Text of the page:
The Long and Glorious History of Cat Ladies

I recently got a lesson in how one becomes a "cat lady." All my family members were out of town, and I was alone with four cats. It wasn’t my idea to have four cats, but I was the one taking care of them, which I had time for as everyone else was gone. Lucky for me, it was a temporary situation. It’s a small leap from being called a "cat lady" to "crazy cat lady," especially from people who don’t care that much for cats. But where did this stereotype come from? Cats have been domesticated since ancient Egypt, and even worshiped.    

But cat ladies first got their reputation for weirdness in medieval Europe. This was a society in which a woman’s fondness for cats made her suspect. Before they acquired their demonic reputation, cats were regarded as soulless beasts. Some people claimed that they, and other animals, couldn’t feel pain. During the Middle Ages, when people wanted to make ruckus—during charivaris or other shaming rituals—they would often pick cats up and rip fur off of them in order to get them to make noise. It was considered good luck to burn cats, and plenty of people did just that in order to celebrate a major event or ring in the new year.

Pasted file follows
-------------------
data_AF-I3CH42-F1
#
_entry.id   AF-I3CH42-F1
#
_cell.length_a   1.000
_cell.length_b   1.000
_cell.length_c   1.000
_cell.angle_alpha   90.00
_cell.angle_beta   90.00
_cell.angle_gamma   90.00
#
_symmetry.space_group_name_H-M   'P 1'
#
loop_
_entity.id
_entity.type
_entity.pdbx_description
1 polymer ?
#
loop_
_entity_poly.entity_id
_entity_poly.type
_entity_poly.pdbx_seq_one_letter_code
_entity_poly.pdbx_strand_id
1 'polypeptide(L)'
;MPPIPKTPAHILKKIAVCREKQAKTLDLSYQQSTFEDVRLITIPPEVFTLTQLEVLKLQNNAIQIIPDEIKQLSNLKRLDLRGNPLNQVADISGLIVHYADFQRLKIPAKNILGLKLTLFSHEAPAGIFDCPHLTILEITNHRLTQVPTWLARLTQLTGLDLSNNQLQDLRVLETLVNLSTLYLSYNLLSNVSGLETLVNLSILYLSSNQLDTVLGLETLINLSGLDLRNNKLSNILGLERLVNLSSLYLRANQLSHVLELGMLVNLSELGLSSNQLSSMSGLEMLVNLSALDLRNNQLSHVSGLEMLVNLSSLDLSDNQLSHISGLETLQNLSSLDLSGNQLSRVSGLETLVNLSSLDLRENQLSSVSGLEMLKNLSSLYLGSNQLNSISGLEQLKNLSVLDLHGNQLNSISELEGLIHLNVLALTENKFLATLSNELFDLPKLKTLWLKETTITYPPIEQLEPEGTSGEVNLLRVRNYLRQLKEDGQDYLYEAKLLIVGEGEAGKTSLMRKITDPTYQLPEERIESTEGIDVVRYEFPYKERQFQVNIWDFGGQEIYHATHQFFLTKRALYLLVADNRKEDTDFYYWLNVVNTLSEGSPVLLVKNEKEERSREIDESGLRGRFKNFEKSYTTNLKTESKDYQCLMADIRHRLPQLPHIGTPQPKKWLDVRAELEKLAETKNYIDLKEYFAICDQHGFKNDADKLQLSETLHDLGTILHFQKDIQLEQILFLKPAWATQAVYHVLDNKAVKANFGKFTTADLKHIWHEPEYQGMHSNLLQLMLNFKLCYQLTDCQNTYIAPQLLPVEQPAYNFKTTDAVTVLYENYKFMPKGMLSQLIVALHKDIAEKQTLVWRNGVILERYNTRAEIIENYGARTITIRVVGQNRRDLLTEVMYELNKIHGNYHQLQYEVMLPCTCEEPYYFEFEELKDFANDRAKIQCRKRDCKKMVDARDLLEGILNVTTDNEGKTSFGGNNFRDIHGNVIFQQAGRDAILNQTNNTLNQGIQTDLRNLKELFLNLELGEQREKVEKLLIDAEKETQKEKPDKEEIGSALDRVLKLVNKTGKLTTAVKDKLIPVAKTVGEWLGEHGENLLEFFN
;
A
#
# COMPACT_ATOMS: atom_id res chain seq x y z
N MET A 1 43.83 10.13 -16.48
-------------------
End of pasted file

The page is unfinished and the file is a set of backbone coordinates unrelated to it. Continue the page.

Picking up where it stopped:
A lady who liked cats was going to be considered odd by the standards of the time.

Being an "odd" woman in medieval times could get one burned at the stake. Things have improved since then, but we still have the stereotype cat ladies. In fact, some cat lovers became quite well known for their obsession, which you can read about at io9. -via Nag on the Lake

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